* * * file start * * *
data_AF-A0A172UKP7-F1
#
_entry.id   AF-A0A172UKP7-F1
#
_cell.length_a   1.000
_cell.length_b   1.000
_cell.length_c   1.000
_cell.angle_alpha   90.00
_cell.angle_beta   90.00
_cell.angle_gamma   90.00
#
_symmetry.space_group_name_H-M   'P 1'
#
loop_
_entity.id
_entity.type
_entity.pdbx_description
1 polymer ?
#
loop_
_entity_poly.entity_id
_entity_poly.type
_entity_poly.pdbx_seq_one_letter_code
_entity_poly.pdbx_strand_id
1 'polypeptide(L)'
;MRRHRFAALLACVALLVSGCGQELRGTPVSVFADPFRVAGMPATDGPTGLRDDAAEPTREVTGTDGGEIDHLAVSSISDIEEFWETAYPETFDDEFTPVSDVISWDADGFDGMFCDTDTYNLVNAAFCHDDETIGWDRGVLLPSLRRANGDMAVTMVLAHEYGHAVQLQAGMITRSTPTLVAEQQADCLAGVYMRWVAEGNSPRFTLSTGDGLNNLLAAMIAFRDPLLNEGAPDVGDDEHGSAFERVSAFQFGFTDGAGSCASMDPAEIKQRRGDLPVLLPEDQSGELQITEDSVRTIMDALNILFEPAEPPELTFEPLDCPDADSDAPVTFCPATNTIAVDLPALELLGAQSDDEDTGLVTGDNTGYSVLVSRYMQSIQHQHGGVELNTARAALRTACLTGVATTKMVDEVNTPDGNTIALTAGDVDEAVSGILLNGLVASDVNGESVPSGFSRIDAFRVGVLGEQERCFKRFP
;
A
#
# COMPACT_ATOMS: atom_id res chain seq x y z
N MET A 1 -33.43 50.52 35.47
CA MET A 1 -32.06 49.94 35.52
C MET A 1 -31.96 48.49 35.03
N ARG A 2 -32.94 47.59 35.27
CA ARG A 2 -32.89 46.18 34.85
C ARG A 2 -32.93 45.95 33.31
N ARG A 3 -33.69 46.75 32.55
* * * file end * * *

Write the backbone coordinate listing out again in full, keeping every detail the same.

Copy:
data_AF-A0A172UKP7-F1
#
_entry.id   AF-A0A172UKP7-F1
#
_cell.length_a   1.000
_cell.length_b   1.000
_cell.length_c   1.000
_cell.angle_alpha   90.00
_cell.angle_beta   90.00
_cell.angle_gamma   90.00
#
_symmetry.space_group_name_H-M   'P 1'
#
loop_
_entity.id
_entity.type
_entity.pdbx_description
1 polymer ?
#
loop_
_entity_poly.entity_id
_entity_poly.type
_entity_poly.pdbx_seq_one_letter_code
_entity_poly.pdbx_strand_id
1 'polypeptide(L)'
;MRRHRFAALLACVALLVSGCGQELRGTPVSVFADPFRVAGMPATDGPTGLRDDAAEPTREVTGTDGGEIDHLAVSSISDIEEFWETAYPETFDDEFTPVSDVISWDADGFDGMFCDTDTYNLVNAAFCHDDETIGWDRGVLLPSLRRANGDMAVTMVLAHEYGHAVQLQAGMITRSTPTLVAEQQADCLAGVYMRWVAEGNSPRFTLSTGDGLNNLLAAMIAFRDPLLNEGAPDVGDDEHGSAFERVSAFQFGFTDGAGSCASMDPAEIKQRRGDLPVLLPEDQSGELQITEDSVRTIMDALNILFEPAEPPELTFEPLDCPDADSDAPVTFCPATNTIAVDLPALELLGAQSDDEDTGLVTGDNTGYSVLVSRYMQSIQHQHGGVELNTARAALRTACLTGVATTKMVDEVNTPDGNTIALTAGDVDEAVSGILLNGLVASDVNGESVPSGFSRIDAFRVGVLGEQERCFKRFP
;
A
#
# COMPACT_ATOMS: atom_id res chain seq x y z
N MET A 1 -33.43 50.52 35.47
CA MET A 1 -32.06 49.94 35.52
C MET A 1 -31.96 48.49 35.03
N ARG A 2 -32.94 47.59 35.27
CA ARG A 2 -32.89 46.18 34.85
C ARG A 2 -32.93 45.95 33.31
N ARG A 3 -33.69 46.75 32.55